Boris Johnson has helped launch a new group aimed at ensuring Theresa May delivers on her promise that "Brexit means Brexit".
The Foreign Secretary has thrown his weight behind the Change Britain campaign, which is led by his former Vote Leave colleague Labour MP Gisela Stuart.
Mr Johnson said the group would make sure that the UK gained control over "laws, borders, money and trade" as part of the process of leaving the European Union.
His comments came as former Cabinet minister John Whittingdale urged the Prime Minister to speed up the formal process of breaking away from Brussels, rather than waiting until next year to trigger Article 50.
Mr Johnson, who was a key player in the Vote Leave movement, recorded a video message supporting Change Britain - which involves some of the other prominent figures from the Brexit camp including Michael Gove, whose decision to stand for the Tory leadership effectively torpedoed the Foreign Secrertary's hopes of entering Number 10.
In his message Mr Johnson said: "On June 23 the people of this country voted to leave the European Union and they voted for change.
"They did so by a clear majority. But there were many people who also voted for remain. So it's absolutely vital that we work together, Leavers and Remainers, as we seize the opportunities that this country now has to forge a positive and exciting new relationship, not just with the European Union, but also with the rest of the world; changing Britain and making it global again.
"Now more than ever we need to show the British people that as politicians we are listening to what they have to say.
"Brexit means Brexit and that means delivering on their instructions and restoring UK control over our laws, borders, money and trade."
Ms Stuart said: "'The vote means this country will undergo the biggest change in 40 years in our diplomatic, trade and economic relationships.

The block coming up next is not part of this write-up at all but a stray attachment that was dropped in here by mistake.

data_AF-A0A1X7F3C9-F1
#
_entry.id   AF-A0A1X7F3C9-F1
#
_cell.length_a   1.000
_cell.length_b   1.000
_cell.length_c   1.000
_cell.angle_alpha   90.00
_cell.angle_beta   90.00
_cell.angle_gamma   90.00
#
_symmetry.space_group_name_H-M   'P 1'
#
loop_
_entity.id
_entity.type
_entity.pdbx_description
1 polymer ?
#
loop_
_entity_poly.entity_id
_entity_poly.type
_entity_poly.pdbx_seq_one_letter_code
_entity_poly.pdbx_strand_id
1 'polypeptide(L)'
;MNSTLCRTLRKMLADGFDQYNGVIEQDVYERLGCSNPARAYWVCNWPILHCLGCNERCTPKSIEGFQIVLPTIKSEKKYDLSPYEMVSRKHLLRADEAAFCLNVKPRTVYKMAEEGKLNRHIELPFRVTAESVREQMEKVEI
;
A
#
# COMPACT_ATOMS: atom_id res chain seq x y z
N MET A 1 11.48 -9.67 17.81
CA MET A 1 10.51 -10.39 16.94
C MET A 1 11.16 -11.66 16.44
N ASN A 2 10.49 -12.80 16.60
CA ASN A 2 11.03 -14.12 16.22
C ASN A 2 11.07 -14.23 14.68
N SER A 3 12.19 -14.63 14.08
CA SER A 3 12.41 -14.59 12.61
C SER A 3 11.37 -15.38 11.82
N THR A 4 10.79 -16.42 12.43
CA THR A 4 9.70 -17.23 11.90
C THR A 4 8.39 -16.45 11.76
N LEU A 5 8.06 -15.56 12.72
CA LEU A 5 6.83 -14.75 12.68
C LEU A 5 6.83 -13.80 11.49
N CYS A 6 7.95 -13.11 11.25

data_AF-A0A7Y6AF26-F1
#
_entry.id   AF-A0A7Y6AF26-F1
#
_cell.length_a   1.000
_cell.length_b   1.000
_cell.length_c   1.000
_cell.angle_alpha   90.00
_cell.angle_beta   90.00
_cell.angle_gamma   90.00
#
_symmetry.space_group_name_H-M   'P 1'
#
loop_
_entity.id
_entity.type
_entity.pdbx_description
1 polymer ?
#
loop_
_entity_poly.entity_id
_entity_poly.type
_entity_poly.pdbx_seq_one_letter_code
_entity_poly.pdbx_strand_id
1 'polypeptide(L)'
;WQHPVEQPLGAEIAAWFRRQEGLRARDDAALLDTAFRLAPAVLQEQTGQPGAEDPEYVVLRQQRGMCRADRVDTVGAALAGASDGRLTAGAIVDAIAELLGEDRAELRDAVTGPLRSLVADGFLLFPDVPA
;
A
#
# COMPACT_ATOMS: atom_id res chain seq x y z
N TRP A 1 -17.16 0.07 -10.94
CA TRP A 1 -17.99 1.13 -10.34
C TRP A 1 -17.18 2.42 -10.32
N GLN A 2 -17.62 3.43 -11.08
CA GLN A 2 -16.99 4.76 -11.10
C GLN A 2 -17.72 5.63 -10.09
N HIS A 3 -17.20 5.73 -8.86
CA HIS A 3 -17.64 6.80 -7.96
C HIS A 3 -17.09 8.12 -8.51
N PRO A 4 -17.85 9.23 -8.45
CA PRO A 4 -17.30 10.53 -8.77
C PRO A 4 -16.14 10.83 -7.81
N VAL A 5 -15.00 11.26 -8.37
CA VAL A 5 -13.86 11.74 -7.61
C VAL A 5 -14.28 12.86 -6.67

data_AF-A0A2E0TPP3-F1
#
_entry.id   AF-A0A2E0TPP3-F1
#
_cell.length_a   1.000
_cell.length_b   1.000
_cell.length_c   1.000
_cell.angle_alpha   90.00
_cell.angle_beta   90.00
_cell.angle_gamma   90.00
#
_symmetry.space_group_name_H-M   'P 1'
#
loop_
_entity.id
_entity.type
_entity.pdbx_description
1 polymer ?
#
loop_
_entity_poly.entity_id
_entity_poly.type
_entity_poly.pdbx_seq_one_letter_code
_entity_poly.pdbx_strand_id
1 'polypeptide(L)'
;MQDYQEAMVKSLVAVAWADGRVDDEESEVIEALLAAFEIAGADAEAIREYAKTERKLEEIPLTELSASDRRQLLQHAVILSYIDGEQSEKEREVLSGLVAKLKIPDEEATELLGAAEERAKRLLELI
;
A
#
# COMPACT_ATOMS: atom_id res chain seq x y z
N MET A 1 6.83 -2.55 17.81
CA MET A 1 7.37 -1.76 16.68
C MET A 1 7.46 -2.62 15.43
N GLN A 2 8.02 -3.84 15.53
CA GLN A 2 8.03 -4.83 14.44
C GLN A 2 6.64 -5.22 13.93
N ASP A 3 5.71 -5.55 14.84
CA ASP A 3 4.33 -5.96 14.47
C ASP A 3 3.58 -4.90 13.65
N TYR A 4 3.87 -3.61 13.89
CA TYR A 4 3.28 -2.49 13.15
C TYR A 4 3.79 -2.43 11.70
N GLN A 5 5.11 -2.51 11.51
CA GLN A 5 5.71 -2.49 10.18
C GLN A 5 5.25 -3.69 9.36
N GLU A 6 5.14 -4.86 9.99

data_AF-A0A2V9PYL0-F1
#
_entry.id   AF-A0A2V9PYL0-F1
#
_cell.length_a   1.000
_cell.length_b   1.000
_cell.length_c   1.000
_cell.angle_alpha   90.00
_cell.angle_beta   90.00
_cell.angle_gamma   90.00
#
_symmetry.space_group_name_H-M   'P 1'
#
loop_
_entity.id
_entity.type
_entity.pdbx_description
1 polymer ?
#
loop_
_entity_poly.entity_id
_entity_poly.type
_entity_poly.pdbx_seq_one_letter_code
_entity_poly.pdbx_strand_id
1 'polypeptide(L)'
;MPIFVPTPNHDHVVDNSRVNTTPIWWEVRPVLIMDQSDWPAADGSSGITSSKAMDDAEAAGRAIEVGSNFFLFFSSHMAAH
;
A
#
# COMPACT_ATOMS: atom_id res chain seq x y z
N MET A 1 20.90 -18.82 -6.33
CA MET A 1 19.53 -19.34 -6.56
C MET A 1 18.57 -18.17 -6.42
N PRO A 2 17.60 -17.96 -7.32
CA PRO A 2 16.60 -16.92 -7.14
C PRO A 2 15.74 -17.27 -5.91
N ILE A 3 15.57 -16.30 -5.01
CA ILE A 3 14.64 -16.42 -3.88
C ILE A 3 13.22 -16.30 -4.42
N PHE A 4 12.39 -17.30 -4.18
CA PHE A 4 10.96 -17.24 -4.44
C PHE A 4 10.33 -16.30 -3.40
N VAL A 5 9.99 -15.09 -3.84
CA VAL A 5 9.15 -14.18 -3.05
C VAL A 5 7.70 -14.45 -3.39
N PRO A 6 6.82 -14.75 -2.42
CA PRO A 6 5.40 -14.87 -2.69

"It also creates a unique opportunity to review our democratic and constitutional arrangements. Making the most of these opportunities is going to take careful, hard work.
"The referendum also marked a more profound political change than a change of occupancy in Downing Street. It has forced us to acknowledge that people in large sections of the UK have lost faith in political parties and the Westminster elite.
"While millions in this country enjoy unprecedented prosperity and freedoms, many millions more feel despair at their sense of exclusion and diminishing prospects.
"The referendum debate divided families and friends and there is still some of the feeling of disorientation that ran through July as we all came to terms with the enormity of the change.
"Some on both sides seem attracted to refighting old battles, but the British people are impatient for us to roll up our sleeves and get down to work. This isn't a time for Leavers and Remainers; now is a time for doers."
Meanwhile Mr Whittingdale, the former culture secretary, urged Mrs May to push ahead with triggering Article 50, which begins the formal two-year process of leaving the EU.
"Article 50 is the beginning of the process rather than the end," he told the Telegraph. "We do need to get the formal process under way. I don't say that it has to happen tomorrow but I would like it to happen pretty soon, and by that I mean weeks, not months."
He also revealed how he responded to being sacked as Mrs May took office: "I went clubbing in Ibiza. It was great.
"Dance music in a club is as much about the light show, the atmosphere and the volume as the music itself. If you listen to it in your car it's not quite the same."